Sci Rep. 2023 Feb 13;13(1):2541. doi: 10.1038/s41598-023-29327-z.
The West Florida Shelf (WFS), located in the eastern Gulf of Mexico, fosters high species richness and supports highly valuable fisheries. However, red tide events occur regularly that can impact fisheries resources as well as ecosystem state, functioning, and derived services. Therefore, it is important to evaluate and quantify the spatiotemporal impacts of red tides to improve population assessments, mitigate potential negative effects through management, and better understand disturbances to support an ecosystem-based management framework. To model red tide effects on the marine community, we used Ecospace, the spatiotemporal module of the ecosystem modeling framework Ecopath with Ecosim. The inclusion of both lethal and sublethal response functions to red tide and a comprehensive calibration procedure allowed to systematically evaluate red tide effects and increased the robustness of the model and management applicability. Our results suggest severe red tide impacts have occurred on the WFS at the ecosystem, community, and population levels in terms of biomass, catch, and productivity. Sublethal and indirect food-web effects of red tide triggered compensatory responses such as avoidance behavior and release from predation and/or competition.. This study represents a step forward to operationalize spatiotemporal ecosystem models for management purposes that may increase the ability of fisheries managers to respond more effectively and be more proactive to episodic mortality events, such as those caused by red tides.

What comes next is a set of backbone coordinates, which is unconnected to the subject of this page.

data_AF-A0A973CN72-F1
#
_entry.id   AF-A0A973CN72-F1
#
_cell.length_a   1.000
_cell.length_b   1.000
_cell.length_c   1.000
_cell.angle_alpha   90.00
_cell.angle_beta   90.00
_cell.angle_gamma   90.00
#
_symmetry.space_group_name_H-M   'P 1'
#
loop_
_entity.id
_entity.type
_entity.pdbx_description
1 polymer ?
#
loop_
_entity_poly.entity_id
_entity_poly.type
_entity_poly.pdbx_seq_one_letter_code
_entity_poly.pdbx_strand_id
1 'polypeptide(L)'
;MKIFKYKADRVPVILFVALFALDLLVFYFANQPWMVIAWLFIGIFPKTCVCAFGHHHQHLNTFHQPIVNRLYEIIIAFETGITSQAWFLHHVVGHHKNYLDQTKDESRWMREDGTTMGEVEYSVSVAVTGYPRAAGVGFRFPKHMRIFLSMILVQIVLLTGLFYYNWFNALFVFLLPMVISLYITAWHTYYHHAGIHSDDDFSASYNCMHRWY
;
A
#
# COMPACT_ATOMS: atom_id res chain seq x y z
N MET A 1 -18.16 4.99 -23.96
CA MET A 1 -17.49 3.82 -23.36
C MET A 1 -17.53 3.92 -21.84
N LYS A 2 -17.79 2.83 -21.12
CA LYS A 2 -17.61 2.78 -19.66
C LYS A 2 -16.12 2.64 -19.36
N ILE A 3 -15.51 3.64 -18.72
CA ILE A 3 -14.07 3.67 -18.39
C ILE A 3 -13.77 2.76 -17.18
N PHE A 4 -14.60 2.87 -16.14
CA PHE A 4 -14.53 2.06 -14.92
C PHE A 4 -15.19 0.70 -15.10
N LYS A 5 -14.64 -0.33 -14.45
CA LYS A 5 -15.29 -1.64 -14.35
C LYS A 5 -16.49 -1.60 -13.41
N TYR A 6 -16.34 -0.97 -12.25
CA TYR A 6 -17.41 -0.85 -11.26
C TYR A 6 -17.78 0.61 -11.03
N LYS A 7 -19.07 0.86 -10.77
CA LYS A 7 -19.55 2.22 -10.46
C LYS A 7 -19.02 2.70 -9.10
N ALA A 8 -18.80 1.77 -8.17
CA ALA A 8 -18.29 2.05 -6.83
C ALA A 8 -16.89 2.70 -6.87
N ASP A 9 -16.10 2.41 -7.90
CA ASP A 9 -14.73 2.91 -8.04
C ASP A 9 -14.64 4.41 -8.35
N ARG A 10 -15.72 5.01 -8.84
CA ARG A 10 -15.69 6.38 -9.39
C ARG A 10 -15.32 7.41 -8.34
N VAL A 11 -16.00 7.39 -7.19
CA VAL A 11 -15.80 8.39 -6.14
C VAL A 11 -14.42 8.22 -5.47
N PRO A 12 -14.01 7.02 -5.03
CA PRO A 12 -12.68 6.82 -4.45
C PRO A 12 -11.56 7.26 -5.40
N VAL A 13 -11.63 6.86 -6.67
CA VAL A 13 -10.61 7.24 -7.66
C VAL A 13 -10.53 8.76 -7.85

PMID:36781942 | PMC:PMC9925760 | DOI:10.1038/s41598-023-29327-z